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Experimenting with Science


WELCOME TO EXPERIMENTING WITH SCIENCE. I am so excited to guide you in your scientific journey as you test, explore, learn, have fun, and, yes, experiment. My goal is for you to experience the thrill of scientific discovery.

SO WHAT IS SCIENCE? Science is the study of the world around you — or even the world inside of you. In this book, you learn about many scientific disciplines, so get ready to make some reactions, trick your brain, harness magnetic forces, combine science and art, and more!


Scientists are so diverse it’s hard to know how to describe them. In research laboratories (where scientists work), you will find men and women, young and old, from countries all over the world. But all scientists have one thing in common: They love learning and have a big curiosity about how the world works.

The job of a scientist is to discover new things, and they study all sorts of different stuff. Some scientists study how to cure diseases in hopes of helping people stay healthy. Some study gigantic collapsing stars, while others study the behavior of tiny ants. For some scientists, it’s normal to scuba dive around the ocean taking video of elusive sea creatures. It’s safe to say that scientists have pretty cool jobs.

If you’re a person who is curious about the world, you may consider being a scientist when you grow up.


This book is filled with fun and enlightening science experiments. The experiments are split up into seven chapters, and each chapter starts with a quick introduction and a section about the science behind the experiments (with the exception of the final chapter). The best thing to do is to read this science overview before starting the experiments within the chapter. Don’t worry if you don’t understand everything at once. Learning about science is a process that can take time.

Each chapter contains several experiments. You don’t have to do the experiments in order or even do all of them, although sometimes it may be helpful to complete some of the earlier, simpler experiments first.

Each experiment starts with a brief description of what you will be doing and a supply list. Make sure that you have all the supplies you need before you get started. (You can find most supplies around the house or at a grocery store. A few experiments have slightly more specialized supplies that you may need to order.) You can find a master supply list at

You can then follow the instructions to start your project. While you’re working, make sure that you make observations of what you see, hear, feel, or even smell! I encourage you to make predictions of what you think will happen in your experiment. If you want to keep track of your predictions and data, go online to to find guidelines for making your own lab notebook.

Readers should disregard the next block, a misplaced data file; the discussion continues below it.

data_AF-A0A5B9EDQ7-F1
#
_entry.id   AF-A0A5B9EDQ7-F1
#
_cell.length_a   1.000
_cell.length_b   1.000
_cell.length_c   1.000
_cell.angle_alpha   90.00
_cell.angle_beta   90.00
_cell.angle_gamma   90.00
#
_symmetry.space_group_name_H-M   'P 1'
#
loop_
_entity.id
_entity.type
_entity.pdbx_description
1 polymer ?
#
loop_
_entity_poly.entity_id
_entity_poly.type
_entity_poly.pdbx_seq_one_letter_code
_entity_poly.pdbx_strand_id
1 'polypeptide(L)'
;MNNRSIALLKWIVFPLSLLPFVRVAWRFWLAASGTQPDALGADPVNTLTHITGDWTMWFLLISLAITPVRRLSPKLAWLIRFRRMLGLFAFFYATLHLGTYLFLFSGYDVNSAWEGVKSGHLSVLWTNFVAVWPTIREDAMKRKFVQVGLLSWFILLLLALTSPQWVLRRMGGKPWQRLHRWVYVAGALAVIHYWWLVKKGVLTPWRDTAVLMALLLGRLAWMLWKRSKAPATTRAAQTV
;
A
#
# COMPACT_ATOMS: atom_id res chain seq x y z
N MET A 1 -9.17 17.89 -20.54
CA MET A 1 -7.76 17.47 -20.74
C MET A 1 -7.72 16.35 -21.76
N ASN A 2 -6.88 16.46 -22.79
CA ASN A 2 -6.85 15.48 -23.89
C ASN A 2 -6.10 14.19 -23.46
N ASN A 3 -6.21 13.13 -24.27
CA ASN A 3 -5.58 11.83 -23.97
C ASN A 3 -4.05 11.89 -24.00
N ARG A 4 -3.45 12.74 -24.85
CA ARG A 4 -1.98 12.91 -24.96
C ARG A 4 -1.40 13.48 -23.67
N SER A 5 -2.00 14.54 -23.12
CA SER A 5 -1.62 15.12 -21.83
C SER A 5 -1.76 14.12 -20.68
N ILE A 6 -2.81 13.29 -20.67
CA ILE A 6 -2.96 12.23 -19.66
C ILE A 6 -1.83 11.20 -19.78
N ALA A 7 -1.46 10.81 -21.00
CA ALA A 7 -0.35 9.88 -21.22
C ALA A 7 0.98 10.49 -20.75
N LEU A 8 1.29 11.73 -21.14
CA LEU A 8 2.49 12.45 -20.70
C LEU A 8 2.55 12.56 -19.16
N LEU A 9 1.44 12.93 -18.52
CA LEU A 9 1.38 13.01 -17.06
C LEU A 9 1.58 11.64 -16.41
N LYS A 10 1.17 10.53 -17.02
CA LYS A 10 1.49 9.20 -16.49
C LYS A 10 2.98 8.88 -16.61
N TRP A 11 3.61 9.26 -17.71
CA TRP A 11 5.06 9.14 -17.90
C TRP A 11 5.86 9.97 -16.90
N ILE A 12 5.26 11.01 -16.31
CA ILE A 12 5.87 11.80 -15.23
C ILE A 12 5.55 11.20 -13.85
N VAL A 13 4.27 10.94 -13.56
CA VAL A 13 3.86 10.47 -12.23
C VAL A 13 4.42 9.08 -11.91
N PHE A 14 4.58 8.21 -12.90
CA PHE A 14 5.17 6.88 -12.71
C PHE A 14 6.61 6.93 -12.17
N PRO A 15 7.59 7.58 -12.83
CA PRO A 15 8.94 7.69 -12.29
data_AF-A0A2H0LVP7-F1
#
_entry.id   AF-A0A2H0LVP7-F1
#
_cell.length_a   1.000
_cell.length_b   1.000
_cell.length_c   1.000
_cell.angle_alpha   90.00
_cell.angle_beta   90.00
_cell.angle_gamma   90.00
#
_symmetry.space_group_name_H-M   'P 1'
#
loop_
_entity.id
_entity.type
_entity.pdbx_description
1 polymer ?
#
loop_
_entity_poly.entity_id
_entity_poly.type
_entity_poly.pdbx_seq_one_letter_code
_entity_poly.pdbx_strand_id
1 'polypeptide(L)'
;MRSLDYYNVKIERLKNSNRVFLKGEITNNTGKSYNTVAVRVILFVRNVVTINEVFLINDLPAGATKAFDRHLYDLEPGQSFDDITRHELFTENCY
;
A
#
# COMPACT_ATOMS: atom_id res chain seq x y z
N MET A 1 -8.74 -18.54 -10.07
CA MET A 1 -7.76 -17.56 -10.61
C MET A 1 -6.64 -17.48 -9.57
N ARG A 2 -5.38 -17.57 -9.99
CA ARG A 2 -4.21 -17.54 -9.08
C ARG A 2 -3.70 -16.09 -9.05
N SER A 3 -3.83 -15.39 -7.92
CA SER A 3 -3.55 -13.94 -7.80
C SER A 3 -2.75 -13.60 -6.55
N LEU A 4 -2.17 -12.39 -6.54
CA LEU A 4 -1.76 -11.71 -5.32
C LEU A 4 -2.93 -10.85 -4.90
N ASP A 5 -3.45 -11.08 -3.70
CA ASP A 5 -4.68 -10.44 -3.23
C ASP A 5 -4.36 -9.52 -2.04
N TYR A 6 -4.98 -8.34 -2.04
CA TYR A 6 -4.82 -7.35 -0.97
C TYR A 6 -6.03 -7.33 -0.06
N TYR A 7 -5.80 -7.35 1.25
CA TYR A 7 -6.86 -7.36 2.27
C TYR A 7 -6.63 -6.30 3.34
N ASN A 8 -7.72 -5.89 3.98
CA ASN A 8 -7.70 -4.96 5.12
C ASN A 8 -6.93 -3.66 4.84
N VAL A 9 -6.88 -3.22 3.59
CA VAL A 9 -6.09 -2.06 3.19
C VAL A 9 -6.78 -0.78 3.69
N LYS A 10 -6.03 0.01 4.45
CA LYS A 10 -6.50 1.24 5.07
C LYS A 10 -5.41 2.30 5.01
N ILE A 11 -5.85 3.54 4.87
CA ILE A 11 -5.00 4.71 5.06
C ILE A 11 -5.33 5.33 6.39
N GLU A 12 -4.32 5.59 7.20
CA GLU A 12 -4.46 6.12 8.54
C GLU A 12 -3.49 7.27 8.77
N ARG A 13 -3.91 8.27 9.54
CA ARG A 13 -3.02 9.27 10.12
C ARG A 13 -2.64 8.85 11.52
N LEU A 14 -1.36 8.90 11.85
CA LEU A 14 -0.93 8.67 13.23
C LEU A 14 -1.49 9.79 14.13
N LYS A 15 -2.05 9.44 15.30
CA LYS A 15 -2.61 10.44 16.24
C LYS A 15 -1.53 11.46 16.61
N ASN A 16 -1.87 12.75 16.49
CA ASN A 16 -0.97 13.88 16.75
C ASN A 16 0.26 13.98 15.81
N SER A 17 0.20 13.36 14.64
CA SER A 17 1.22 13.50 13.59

When you complete your experiment, read about the science at the end of each project. This information helps you understand what you just observed. Some of these concepts are pretty crazy! See whether the explanations are consistent with your observations and experimental results.

At the end of each experiment is a section that tells you how you can take the experiment further. This is a very important section! Science is all about curiosity and discovery. You can usually do an experiment in more than one way, and you can expand on the experiments presented in the book in a lot of ways. I encourage you to use the projects and instructions outlined in the book as a starting point and then go wild. Follow your curiosity and don’t be limited by the steps on the page.

As you go through the book, some experiments will work immediately, but some may take a couple tries. Don’t worry if you have to try the experiment a few times. It turns out that every scientist has had many experiments that don’t work. In fact, you often learn just as much, or more, from what goes wrong as you learn from what goes right. But you learn the most when you’re enjoying what you do, so start experimenting and have a blast!


Safety is a very important part of science. Do not eat or drink your experiments. Do not rub your eyes if you have chemicals on your hands. Something like lemon juice is mostly safe, but it will sting a whole lot if you get it in your eyes! Pay attention to any safety warnings I have on the experiments and wear gloves and eye protection when necessary.


You are a wonderful, bright, and curious kid. Maybe you already love science, or maybe you aren’t so sure if you like it. Maybe school is easy for you, or maybe sometimes it‘s really tough! Either way, science is for all kids, and the experiments in this book are for you.


One thing you need to know for many experiments in this book is how to make measurements. If you’re unsure how to measure out things like 8 inches or ½ tablespoon, it’s no problem – just find an adult to help you out with this part.


As you read through the projects in this book, you’ll see a few icons. The icons point out different things:

tip This icon points out tips that can make your experiments run more smoothly.

remember This icon alerts you to information that you’ll want to remember.

warning Pay attention to the warnings! They contain safety information or instructions on how to perform an experiment without damaging anything in your house (like keeping magnets away from computers). Some warnings are used to prevent something that may ruin the actual experiment.